0223-15 New York Times Crossword Answers 23 Feb 15, Monday

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CROSSWORD SETTER: Joel Fagliano
THEME: Leave a Bad Taste … each of today’s themed answers is a descriptive phrase that conjures up an image of something that would LEAVE A BAD TASTE:

53A. Not sit well … or what eating 20-, 32- or 41-Across might do? : LEAVE A BAD TASTE
20A. Online aggregator of movie reviews : ROTTEN TOMATOES
32A. Fox’s feeling in an Aesop fable : SOUR GRAPES
41A. Hard-to-accept consequence : BITTER PILL

BILL BUTLER’S COMPLETION TIME: 5m 04s
ANSWERS I MISSED: 0

Today’s Wiki-est, Amazonian Googlies
Across

6. Lobster limb : CLAW
Lobsters are usually cooked by placing them in boiling water. Some chefs stab the lobster through its “brain” to kill it or render it unconscious. However, the lobster has several nerve ganglia rather than a brain, so just destroying the frontal ganglion in the head doesn’t render the animal insensate. Boiling lobsters while they are alive is actually illegal in the Italian city of Reggio Emilia.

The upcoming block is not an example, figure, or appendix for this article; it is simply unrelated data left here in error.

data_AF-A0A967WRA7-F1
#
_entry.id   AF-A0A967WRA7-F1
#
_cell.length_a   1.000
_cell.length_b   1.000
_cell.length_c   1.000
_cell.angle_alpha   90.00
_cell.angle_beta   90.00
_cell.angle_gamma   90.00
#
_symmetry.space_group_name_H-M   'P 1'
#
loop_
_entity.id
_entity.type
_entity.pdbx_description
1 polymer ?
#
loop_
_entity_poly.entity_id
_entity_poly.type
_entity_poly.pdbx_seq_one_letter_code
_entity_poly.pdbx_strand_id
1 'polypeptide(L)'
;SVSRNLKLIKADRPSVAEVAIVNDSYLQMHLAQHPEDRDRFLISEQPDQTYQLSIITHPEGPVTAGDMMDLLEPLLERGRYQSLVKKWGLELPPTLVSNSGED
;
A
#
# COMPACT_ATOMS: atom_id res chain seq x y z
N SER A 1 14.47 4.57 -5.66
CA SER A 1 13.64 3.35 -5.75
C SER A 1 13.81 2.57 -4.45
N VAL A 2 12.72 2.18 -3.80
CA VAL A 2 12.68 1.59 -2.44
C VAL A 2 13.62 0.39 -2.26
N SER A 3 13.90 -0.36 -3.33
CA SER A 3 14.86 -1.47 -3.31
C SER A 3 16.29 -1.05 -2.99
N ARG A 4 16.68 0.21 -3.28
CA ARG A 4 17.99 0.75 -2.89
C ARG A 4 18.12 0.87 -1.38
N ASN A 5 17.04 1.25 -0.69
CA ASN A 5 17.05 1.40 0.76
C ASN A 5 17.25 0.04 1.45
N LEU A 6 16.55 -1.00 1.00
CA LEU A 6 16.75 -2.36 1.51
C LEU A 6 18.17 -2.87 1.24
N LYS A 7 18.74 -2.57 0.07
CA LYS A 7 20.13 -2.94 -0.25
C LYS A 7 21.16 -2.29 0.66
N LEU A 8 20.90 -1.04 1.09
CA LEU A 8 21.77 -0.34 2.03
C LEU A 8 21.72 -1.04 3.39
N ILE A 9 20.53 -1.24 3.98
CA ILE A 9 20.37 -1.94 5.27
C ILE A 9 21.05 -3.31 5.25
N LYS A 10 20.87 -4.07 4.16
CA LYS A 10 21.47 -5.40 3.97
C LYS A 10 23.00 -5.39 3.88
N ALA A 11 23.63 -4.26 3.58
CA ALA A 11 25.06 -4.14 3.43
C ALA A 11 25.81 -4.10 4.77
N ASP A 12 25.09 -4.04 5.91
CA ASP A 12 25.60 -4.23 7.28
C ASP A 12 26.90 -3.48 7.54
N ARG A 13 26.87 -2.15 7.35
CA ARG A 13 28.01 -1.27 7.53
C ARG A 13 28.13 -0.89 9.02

14. Gossip spreader : YENTA
Yenta (also “Yente”) is actually a female Yiddish name. In Yiddish theater “yenta” came to mean a busybody.

15. The ___ Bible : HOLY
The Bible is the biggest selling book of all time, with annual sales running at about 100 million copies.

17. Actress Fox of the “Transformers” movies : MEGAN
Megan Fox is an actress and model from Oak Ridge, Tennessee. Fox’s big break as an actress came when she played the love interest of one of the male leads in the 2007 sci-fi movie “Transformers”. Frankly, I have no idea who she is …

The 2007 blockbuster hit “Transformers” is inspired by a line of toys. Toy transformers can be morphed from their mundane looking appearance as a vehicle or perhaps an animal, into a robotic action figure. Not a movie I will be renting though …

18. What a garage protects : AUTO
We imported the word “garage” into English from French, in which language the term historically described a place for storing or sheltering something. Later the term specifically applied to a “shelter” for a car. The verb “garer” is French for “to shelter”.

20. Online aggregator of movie reviews : ROTTEN TOMATOES
“Rotten Tomatoes” is a website that mainly provides reviews and ratings of movies, although it now covers TV shows as well. The site was launched in 1998 and takes its name from the practice of audience members throwing rotten tomatoes at a unappreciated performer on stage.